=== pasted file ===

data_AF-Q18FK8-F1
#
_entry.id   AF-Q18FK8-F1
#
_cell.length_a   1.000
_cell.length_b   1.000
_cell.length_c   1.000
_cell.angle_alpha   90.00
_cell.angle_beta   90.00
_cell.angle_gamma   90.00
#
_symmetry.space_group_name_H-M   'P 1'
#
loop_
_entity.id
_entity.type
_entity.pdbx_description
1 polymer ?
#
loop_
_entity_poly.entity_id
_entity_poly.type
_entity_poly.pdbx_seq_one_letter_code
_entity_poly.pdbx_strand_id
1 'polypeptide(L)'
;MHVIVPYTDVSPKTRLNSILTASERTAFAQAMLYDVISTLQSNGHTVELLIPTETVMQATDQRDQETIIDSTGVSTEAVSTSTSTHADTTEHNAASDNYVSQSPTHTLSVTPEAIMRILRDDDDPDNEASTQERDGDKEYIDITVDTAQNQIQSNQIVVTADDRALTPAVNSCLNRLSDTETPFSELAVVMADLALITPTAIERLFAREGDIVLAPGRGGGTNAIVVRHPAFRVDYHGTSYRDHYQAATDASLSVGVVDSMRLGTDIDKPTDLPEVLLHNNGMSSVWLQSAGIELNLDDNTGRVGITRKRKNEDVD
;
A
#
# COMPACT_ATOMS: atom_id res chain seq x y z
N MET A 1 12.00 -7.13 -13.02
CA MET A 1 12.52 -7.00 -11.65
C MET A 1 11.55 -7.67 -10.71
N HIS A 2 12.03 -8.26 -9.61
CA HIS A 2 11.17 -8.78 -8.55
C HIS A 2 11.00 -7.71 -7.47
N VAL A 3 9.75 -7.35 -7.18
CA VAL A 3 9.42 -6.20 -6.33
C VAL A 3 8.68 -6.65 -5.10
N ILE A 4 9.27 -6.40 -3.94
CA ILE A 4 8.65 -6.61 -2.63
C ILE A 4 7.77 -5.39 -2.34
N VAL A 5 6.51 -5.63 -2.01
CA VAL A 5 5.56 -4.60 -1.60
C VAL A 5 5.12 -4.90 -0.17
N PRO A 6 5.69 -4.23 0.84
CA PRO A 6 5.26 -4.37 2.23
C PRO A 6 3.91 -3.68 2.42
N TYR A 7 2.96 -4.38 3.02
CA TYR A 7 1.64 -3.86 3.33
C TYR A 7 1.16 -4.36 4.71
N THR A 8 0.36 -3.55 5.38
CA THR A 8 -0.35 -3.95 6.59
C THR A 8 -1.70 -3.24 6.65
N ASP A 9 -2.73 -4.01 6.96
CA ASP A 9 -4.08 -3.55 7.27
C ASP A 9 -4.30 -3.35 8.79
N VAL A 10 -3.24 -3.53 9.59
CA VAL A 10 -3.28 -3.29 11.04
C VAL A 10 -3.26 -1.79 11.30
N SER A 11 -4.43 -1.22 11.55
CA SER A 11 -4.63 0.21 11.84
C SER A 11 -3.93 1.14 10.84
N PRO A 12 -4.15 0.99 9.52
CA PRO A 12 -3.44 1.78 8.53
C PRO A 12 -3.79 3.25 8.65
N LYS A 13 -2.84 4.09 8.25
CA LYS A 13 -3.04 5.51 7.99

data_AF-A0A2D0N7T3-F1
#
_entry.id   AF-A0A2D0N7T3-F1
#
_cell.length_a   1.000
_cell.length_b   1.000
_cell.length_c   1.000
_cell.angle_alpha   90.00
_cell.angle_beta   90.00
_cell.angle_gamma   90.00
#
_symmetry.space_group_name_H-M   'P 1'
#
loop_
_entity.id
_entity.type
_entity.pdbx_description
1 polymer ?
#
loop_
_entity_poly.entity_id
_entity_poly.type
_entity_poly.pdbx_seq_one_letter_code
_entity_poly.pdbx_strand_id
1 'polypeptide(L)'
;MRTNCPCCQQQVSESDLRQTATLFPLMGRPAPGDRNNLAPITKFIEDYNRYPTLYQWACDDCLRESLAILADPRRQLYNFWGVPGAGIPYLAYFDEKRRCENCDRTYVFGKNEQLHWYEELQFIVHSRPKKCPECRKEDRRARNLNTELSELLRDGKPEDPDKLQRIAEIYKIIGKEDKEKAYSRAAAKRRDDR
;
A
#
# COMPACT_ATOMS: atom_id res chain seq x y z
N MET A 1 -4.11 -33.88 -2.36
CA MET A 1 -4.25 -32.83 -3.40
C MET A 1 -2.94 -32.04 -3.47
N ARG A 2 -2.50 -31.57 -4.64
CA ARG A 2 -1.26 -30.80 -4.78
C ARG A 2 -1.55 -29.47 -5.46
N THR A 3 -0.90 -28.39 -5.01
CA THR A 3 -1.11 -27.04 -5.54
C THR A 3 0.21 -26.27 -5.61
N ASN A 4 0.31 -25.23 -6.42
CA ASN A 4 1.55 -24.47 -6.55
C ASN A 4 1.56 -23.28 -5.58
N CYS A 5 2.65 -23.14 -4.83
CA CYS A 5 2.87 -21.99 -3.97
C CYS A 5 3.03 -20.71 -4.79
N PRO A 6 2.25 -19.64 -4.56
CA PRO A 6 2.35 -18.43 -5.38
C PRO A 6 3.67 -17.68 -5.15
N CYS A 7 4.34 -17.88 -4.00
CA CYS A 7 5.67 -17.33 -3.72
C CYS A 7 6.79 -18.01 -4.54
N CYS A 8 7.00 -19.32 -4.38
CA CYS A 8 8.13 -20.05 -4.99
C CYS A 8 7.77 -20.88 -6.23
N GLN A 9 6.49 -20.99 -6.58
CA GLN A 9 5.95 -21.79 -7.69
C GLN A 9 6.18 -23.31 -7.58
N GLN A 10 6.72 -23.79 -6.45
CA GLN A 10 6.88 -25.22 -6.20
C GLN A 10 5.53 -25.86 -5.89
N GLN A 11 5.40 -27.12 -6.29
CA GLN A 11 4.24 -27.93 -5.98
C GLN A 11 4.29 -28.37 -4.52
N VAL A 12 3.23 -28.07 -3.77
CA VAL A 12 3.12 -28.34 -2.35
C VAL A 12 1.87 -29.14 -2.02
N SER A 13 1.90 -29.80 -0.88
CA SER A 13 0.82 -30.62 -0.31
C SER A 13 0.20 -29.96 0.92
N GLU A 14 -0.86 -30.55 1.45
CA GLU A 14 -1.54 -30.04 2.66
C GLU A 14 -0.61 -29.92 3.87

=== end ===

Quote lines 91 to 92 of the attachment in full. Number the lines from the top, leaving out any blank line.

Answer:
_entity_poly.pdbx_seq_one_letter_code
_entity_poly.pdbx_strand_id